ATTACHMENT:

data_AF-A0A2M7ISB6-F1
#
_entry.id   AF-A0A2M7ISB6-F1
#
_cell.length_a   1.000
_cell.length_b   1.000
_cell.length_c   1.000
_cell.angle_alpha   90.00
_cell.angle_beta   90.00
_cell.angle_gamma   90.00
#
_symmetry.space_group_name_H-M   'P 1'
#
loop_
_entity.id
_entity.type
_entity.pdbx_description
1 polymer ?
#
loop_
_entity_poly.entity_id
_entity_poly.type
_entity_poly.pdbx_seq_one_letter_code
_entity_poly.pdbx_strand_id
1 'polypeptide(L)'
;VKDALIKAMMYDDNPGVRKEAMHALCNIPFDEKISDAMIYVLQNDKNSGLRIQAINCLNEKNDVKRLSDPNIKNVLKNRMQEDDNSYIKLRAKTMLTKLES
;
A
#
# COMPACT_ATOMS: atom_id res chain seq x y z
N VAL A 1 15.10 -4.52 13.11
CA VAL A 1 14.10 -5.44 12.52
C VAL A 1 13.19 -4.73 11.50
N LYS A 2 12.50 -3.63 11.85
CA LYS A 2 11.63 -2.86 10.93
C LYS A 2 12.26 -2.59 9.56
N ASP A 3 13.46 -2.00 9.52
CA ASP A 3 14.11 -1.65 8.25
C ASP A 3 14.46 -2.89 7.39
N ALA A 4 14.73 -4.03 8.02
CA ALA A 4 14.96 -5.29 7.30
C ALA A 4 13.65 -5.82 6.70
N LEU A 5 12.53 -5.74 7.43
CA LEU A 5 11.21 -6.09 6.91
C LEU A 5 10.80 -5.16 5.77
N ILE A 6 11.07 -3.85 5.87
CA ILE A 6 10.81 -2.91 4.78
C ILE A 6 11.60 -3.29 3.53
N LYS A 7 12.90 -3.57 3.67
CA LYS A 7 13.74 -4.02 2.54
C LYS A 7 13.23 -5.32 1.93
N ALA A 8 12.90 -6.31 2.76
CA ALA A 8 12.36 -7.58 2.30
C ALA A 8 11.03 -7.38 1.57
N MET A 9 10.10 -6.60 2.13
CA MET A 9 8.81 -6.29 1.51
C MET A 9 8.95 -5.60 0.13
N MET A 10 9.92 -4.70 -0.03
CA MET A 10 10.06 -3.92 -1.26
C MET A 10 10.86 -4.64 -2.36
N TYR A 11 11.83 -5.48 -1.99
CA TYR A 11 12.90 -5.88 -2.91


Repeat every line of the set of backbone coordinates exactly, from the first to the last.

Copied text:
data_AF-A0A2M7ISB6-F1
#
_entry.id   AF-A0A2M7ISB6-F1
#
_cell.length_a   1.000
_cell.length_b   1.000
_cell.length_c   1.000
_cell.angle_alpha   90.00
_cell.angle_beta   90.00
_cell.angle_gamma   90.00
#
_symmetry.space_group_name_H-M   'P 1'
#
loop_
_entity.id
_entity.type
_entity.pdbx_description
1 polymer ?
#
loop_
_entity_poly.entity_id
_entity_poly.type
_entity_poly.pdbx_seq_one_letter_code
_entity_poly.pdbx_strand_id
1 'polypeptide(L)'
;VKDALIKAMMYDDNPGVRKEAMHALCNIPFDEKISDAMIYVLQNDKNSGLRIQAINCLNEKNDVKRLSDPNIKNVLKNRMQEDDNSYIKLRAKTMLTKLES
;
A
#
# COMPACT_ATOMS: atom_id res chain seq x y z
N VAL A 1 15.10 -4.52 13.11
CA VAL A 1 14.10 -5.44 12.52
C VAL A 1 13.19 -4.73 11.50
N LYS A 2 12.50 -3.63 11.85
CA LYS A 2 11.63 -2.86 10.93
C LYS A 2 12.26 -2.59 9.56
N ASP A 3 13.46 -2.00 9.52
CA ASP A 3 14.11 -1.65 8.25
C ASP A 3 14.46 -2.89 7.39
N ALA A 4 14.73 -4.03 8.02
CA ALA A 4 14.96 -5.29 7.30
C ALA A 4 13.65 -5.82 6.70
N LEU A 5 12.53 -5.74 7.43
CA LEU A 5 11.21 -6.09 6.91
C LEU A 5 10.80 -5.16 5.77
N ILE A 6 11.07 -3.85 5.87
CA ILE A 6 10.81 -2.91 4.78
C ILE A 6 11.60 -3.29 3.53
N LYS A 7 12.90 -3.57 3.67
CA LYS A 7 13.74 -4.02 2.54
C LYS A 7 13.23 -5.32 1.93
N ALA A 8 12.90 -6.31 2.76
CA ALA A 8 12.36 -7.58 2.30
C ALA A 8 11.03 -7.38 1.57
N MET A 9 10.10 -6.60 2.13
CA MET A 9 8.81 -6.29 1.51
C MET A 9 8.95 -5.60 0.13
N MET A 10 9.92 -4.70 -0.03
CA MET A 10 10.06 -3.92 -1.26
C MET A 10 10.86 -4.64 -2.36
N TYR A 11 11.83 -5.48 -1.99
CA TYR A 11 12.90 -5.88 -2.91